Citizen’s Tools has a great post about making the case for 2.0 projects. Having just returned from the Enterprise 2.0 conference in San Francisco where the subject of defining and measuring ROI was all around, this post became more relevant to me.
But, regardless of which of the E 2.0, Web 2.0 or Gov 2.0 waves we are riding, the subject is not simply the technology being used, but what it is needed for. If we can’t articulate what the problem is that is costing us innovation, competitiveness or resources, we can’t focus on where the value of the project is, much less what the appropriate technology and its use should be.
One of the greatest challenges organizations in all sectors face today is how to effectively adopt the social media and networking technology that has been so rapidly embraced by individuals across the world.
In the case of the public sector, the adoption challenge is very complex due to a long list of factors such as legacy systems, diverse sets of regulations and legal issues that vary amongst states and even entities and many more aspects that range from budgetary to procedural issues.
On an effort to address that challenge, The Collaboration Project seeks to bring together leaders who share a commitment to the adoption and use of collaborative technologies to solve the complex problems of public management.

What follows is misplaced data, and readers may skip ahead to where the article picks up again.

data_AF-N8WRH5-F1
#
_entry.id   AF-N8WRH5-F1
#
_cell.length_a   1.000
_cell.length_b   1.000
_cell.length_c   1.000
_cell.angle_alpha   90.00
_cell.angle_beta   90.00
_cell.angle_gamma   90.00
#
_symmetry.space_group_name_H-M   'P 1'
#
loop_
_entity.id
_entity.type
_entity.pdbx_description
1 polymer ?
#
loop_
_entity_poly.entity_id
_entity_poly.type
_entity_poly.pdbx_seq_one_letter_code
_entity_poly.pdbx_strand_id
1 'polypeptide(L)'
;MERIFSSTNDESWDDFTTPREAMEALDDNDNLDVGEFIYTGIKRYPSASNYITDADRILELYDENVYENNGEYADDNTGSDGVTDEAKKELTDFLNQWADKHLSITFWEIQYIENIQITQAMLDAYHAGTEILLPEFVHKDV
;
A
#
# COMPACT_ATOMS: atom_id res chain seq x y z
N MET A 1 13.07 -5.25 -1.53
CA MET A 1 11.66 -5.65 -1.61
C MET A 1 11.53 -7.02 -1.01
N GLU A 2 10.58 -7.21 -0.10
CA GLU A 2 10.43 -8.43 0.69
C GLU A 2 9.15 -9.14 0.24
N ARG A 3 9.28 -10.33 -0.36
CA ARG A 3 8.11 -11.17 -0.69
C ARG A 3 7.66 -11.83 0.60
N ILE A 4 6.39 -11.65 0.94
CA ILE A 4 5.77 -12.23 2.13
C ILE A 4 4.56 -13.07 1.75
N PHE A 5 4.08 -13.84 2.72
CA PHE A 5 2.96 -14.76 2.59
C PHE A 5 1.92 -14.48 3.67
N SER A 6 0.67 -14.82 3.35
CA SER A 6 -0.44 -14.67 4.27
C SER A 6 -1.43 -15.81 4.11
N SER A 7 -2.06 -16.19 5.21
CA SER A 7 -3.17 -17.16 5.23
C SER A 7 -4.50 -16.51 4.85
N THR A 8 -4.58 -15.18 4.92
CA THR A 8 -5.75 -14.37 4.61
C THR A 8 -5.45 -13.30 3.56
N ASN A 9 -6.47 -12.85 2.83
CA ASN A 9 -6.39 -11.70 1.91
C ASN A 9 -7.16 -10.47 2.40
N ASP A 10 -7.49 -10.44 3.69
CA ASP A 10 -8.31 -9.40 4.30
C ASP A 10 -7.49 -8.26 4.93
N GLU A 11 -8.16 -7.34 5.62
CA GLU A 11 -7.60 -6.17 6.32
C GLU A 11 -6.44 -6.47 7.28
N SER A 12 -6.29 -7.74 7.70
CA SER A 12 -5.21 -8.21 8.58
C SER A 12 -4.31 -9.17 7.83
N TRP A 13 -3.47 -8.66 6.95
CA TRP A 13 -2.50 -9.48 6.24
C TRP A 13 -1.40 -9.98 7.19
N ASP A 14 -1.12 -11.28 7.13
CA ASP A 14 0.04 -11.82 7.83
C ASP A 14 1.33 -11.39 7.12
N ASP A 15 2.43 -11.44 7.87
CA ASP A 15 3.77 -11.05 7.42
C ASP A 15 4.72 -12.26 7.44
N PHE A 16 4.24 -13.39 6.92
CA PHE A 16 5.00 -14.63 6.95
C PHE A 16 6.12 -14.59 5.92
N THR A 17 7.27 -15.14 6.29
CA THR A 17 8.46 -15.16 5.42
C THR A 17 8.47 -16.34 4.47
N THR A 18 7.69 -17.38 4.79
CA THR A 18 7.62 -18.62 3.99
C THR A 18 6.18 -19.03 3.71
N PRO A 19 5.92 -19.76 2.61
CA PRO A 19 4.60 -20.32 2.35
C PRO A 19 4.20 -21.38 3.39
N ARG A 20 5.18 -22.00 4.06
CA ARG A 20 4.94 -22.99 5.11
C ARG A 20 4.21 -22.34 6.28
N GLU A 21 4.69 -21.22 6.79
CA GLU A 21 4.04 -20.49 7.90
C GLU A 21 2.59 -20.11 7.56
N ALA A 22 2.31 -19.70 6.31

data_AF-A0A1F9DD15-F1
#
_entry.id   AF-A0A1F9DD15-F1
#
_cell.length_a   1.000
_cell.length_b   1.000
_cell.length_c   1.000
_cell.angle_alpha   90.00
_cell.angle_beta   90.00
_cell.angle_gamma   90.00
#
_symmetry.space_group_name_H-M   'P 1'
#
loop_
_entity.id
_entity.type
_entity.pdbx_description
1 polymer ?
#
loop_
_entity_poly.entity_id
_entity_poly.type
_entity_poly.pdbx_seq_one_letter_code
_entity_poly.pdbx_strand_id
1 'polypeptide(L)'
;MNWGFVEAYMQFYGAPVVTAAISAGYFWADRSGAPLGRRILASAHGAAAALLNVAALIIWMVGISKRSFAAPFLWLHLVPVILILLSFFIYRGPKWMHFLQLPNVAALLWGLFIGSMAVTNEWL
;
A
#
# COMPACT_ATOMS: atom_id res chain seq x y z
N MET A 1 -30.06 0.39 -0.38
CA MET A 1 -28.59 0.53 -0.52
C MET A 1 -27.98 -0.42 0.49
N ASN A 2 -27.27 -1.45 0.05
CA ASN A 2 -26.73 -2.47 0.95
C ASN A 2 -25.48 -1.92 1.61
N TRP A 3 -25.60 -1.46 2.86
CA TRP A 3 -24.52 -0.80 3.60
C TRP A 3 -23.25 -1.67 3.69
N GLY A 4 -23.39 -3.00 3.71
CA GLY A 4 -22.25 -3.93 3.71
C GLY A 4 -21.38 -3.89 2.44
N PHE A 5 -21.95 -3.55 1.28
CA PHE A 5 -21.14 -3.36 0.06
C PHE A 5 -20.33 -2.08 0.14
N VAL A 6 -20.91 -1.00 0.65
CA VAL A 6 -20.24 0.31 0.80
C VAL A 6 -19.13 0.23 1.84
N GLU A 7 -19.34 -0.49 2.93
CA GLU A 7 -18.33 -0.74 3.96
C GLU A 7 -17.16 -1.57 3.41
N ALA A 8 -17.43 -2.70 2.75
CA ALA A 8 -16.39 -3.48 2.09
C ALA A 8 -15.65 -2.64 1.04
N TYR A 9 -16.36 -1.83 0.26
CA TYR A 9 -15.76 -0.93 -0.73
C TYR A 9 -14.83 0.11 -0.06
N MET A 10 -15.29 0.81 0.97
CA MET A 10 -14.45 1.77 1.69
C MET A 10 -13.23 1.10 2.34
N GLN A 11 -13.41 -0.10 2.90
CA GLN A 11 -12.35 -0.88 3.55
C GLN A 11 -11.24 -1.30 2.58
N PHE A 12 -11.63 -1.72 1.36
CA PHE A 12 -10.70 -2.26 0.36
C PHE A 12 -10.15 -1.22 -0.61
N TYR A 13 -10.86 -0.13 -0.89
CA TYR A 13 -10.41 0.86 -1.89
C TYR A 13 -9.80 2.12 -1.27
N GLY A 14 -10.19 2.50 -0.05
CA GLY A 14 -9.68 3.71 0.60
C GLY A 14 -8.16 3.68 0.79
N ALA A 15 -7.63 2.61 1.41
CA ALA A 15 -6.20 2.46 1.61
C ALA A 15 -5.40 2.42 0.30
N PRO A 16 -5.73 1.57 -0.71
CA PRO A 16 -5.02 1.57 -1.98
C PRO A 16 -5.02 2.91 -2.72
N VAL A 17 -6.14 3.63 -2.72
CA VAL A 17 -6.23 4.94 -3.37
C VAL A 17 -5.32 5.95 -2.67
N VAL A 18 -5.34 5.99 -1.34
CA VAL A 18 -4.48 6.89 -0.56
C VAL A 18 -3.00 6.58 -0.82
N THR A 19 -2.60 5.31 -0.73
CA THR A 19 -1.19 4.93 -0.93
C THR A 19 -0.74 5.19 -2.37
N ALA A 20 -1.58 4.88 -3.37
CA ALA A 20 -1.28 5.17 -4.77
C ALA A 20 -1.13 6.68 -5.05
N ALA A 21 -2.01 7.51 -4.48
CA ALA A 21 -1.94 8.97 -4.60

According to their purpose, their wiki is designed to share ideas, examples and insights on the adoption of Web 2.0 technologies in the field of public governance. This is a very ambitious goal that is really worth watching and learning from.
The Project is led by The National Academy of Public Administration, a non-profit coalition of public managers and organizers, but the project itself brings leaders from all sectors. The list of case studies they cite also provides valuable samples of projects where technology is used to address social challenges.
Thanks to MixTMedia for submitting The Collaboration Project as the fourth project for evaluation.
The Collaboration Project reminds me of the Brazilian project DNA Brasil by the Ralston Semler Foundation where they seek to create a forum of the best minds in the country on an interdisciplinary and unique basis. The way this project defines their results might provide some valuable points of reference when evaluating The Collaboration Project.
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